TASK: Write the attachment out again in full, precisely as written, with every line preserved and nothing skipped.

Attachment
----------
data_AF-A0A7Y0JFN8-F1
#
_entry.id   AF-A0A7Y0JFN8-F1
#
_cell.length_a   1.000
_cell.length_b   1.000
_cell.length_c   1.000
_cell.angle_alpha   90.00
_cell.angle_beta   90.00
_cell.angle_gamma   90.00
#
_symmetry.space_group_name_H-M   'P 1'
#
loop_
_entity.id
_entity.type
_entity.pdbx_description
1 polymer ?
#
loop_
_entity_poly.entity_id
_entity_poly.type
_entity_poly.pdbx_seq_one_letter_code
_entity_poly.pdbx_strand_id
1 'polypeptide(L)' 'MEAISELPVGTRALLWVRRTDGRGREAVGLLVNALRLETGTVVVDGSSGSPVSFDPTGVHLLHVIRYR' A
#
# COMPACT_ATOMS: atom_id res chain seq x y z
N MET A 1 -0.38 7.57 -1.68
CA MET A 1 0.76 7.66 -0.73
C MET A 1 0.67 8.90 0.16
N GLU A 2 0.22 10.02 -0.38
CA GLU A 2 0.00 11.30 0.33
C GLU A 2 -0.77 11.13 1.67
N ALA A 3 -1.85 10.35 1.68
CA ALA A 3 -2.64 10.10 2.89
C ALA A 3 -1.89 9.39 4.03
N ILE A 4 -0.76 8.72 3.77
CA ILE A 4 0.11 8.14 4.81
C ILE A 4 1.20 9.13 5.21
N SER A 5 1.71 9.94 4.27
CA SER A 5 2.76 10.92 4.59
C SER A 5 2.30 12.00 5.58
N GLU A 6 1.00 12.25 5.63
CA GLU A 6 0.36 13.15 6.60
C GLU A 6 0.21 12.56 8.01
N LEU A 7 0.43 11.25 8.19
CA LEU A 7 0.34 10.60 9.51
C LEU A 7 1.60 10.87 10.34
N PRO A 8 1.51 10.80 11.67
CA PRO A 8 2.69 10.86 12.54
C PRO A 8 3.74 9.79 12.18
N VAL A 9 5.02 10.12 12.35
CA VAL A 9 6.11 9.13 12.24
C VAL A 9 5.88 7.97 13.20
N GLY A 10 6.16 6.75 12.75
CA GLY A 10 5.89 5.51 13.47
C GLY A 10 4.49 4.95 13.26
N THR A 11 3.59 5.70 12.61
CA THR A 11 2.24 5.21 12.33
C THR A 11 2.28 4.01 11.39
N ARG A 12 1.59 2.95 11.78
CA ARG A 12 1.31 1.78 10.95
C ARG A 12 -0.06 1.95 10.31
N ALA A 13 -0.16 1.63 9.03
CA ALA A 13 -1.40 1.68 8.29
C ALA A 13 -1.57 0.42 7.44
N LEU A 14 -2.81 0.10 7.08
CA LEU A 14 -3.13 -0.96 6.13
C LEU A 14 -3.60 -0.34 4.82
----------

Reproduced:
data_AF-A0A7Y0JFN8-F1
#
_entry.id   AF-A0A7Y0JFN8-F1
#
_cell.length_a   1.000
_cell.length_b   1.000
_cell.length_c   1.000
_cell.angle_alpha   90.00
_cell.angle_beta   90.00
_cell.angle_gamma   90.00
#
_symmetry.space_group_name_H-M   'P 1'
#
loop_
_entity.id
_entity.type
_entity.pdbx_description
1 polymer ?
#
loop_
_entity_poly.entity_id
_entity_poly.type
_entity_poly.pdbx_seq_one_letter_code
_entity_poly.pdbx_strand_id
1 'polypeptide(L)' 'MEAISELPVGTRALLWVRRTDGRGREAVGLLVNALRLETGTVVVDGSSGSPVSFDPTGVHLLHVIRYR' A
#
# COMPACT_ATOMS: atom_id res chain seq x y z
N MET A 1 -0.38 7.57 -1.68
CA MET A 1 0.76 7.66 -0.73
C MET A 1 0.67 8.90 0.16
N GLU A 2 0.22 10.02 -0.38
CA GLU A 2 0.00 11.30 0.33
C GLU A 2 -0.77 11.13 1.67
N ALA A 3 -1.85 10.35 1.68
CA ALA A 3 -2.64 10.10 2.89
C ALA A 3 -1.89 9.39 4.03
N ILE A 4 -0.76 8.72 3.77
CA ILE A 4 0.11 8.14 4.81
C ILE A 4 1.20 9.13 5.21
N SER A 5 1.71 9.94 4.27
CA SER A 5 2.76 10.92 4.59
C SER A 5 2.30 12.00 5.58
N GLU A 6 1.00 12.25 5.63
CA GLU A 6 0.36 13.15 6.60
C GLU A 6 0.21 12.56 8.01
N LEU A 7 0.43 11.25 8.19
CA LEU A 7 0.34 10.60 9.51
C LEU A 7 1.60 10.87 10.34
N PRO A 8 1.51 10.80 11.67
CA PRO A 8 2.69 10.86 12.54
C PRO A 8 3.74 9.79 12.18
N VAL A 9 5.02 10.12 12.35
CA VAL A 9 6.11 9.13 12.24
C VAL A 9 5.88 7.97 13.20
N GLY A 10 6.16 6.75 12.75
CA GLY A 10 5.89 5.51 13.47
C GLY A 10 4.49 4.95 13.26
N THR A 11 3.59 5.70 12.61
CA THR A 11 2.24 5.21 12.33
C THR A 11 2.28 4.01 11.39
N ARG A 12 1.59 2.95 11.78
CA ARG A 12 1.31 1.78 10.95
C ARG A 12 -0.06 1.95 10.31
N ALA A 13 -0.16 1.63 9.03
CA ALA A 13 -1.40 1.68 8.29
C ALA A 13 -1.57 0.42 7.44
N LEU A 14 -2.81 0.10 7.08
CA LEU A 14 -3.13 -0.96 6.13
C LEU A 14 -3.60 -0.34 4.82